If you can get out for a run, set your phone or a metronome to 180 beats per minute so you get your running rhythm right. Think quick, light steps and an upright posture; as if someone’s stabbing you in the back with a carving knife.

I run off-road; I think this is important, if you can, it means your foot is constantly finding a different plain to land on and searching for something to get a toe-hold on.

View from my run today- following deer paths.

After each run I do a quick yoga routine. Poses like: downward dog, pigeon, warrior, tree etcetera feel lovely. Check out Aimee Fuller’s 6 min yoga routine here.

I run in vivobarefoot shoes because they’re light and with masses of room in the ‘toe box’ allowing my toes and the hundreds of muscles inside them to work. And I run in no shoes at all. That’s the great thing about running, you don’t have to have any kit.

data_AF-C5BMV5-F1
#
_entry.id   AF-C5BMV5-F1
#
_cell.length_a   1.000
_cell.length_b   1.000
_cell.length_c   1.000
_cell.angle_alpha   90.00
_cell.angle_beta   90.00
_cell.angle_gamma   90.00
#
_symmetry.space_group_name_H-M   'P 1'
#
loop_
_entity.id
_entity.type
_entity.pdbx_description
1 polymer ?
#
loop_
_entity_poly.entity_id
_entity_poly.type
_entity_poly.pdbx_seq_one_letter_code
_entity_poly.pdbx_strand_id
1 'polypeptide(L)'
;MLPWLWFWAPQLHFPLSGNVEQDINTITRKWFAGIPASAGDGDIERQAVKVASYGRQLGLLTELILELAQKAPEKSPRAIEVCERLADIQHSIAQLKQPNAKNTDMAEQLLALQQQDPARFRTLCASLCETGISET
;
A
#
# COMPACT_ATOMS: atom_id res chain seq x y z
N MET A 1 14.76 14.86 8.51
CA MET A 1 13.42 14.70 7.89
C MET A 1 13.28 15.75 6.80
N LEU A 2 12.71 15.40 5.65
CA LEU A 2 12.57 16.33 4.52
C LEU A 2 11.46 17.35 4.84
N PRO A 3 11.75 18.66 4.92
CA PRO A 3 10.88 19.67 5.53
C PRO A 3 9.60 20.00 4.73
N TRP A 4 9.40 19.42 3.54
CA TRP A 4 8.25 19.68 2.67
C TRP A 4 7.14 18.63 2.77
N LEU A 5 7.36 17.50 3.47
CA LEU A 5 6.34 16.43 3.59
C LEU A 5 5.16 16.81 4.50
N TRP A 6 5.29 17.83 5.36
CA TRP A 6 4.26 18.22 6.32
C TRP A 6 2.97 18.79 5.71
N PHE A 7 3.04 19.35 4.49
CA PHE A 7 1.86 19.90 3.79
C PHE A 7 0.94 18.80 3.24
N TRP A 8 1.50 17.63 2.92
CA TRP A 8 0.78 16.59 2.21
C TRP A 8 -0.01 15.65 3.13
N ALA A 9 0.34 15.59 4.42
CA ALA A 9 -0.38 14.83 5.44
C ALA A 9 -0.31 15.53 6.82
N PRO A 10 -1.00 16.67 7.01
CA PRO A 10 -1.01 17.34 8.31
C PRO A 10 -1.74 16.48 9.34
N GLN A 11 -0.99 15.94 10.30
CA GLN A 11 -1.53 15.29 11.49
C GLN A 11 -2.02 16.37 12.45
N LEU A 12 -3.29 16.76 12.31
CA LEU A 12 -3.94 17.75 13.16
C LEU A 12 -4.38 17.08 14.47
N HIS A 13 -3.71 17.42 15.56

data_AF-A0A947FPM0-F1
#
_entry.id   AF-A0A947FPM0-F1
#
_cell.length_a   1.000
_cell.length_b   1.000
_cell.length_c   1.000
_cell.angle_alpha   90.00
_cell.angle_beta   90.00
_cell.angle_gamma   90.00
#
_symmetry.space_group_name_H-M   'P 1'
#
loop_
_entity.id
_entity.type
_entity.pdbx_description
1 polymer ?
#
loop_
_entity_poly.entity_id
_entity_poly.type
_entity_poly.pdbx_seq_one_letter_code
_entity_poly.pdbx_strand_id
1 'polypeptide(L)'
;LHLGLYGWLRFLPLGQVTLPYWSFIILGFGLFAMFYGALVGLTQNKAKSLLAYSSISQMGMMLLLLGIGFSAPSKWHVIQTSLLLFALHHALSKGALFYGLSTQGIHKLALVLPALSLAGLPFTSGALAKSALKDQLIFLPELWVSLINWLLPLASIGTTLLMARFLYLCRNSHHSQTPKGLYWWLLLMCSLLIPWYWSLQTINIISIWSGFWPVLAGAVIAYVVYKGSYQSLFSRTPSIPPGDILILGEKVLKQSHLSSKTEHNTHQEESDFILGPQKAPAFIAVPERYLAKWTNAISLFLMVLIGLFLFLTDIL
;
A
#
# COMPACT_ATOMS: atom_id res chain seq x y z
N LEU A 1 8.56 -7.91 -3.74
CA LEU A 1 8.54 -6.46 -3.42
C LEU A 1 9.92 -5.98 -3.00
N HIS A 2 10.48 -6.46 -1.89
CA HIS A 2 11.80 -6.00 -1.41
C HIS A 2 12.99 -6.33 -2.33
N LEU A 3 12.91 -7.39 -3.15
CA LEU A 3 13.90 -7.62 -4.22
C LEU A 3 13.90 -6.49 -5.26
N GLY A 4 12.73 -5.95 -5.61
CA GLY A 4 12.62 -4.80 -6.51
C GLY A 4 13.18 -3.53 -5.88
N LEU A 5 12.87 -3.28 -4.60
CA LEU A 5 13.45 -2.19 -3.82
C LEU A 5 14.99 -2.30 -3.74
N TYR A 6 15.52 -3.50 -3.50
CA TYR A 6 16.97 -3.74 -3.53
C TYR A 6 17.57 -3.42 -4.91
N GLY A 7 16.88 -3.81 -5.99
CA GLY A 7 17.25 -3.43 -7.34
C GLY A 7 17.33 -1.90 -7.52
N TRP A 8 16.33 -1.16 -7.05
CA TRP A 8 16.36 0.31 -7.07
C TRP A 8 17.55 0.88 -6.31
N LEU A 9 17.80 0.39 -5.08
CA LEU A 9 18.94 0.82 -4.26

My vivobarefoot shoes. Love them!

We ran 6,504 miles through South America from south to north. We ran self-supported, taking it in turn to pull a trailer. We ran 1/3 barefoot, because we quickly worked out that running pulling a trailer isn’t natural at all! We both feel that running barefoot or concentrating on a minimalist technique helped us achieve our goal of running the continent.

We now live on the West Coast of Scotland and today on my run I saw: two adders, a slow worm, a roe deer, heard linnets and skylarks singing and a buzzard soaring. That’s why I run and because running, wildlife and wildernesses make me feel alive.

A female adder with her young under her and beside her. Stunning.
The slow worm I found sunning itself close to the adder.

BOOKS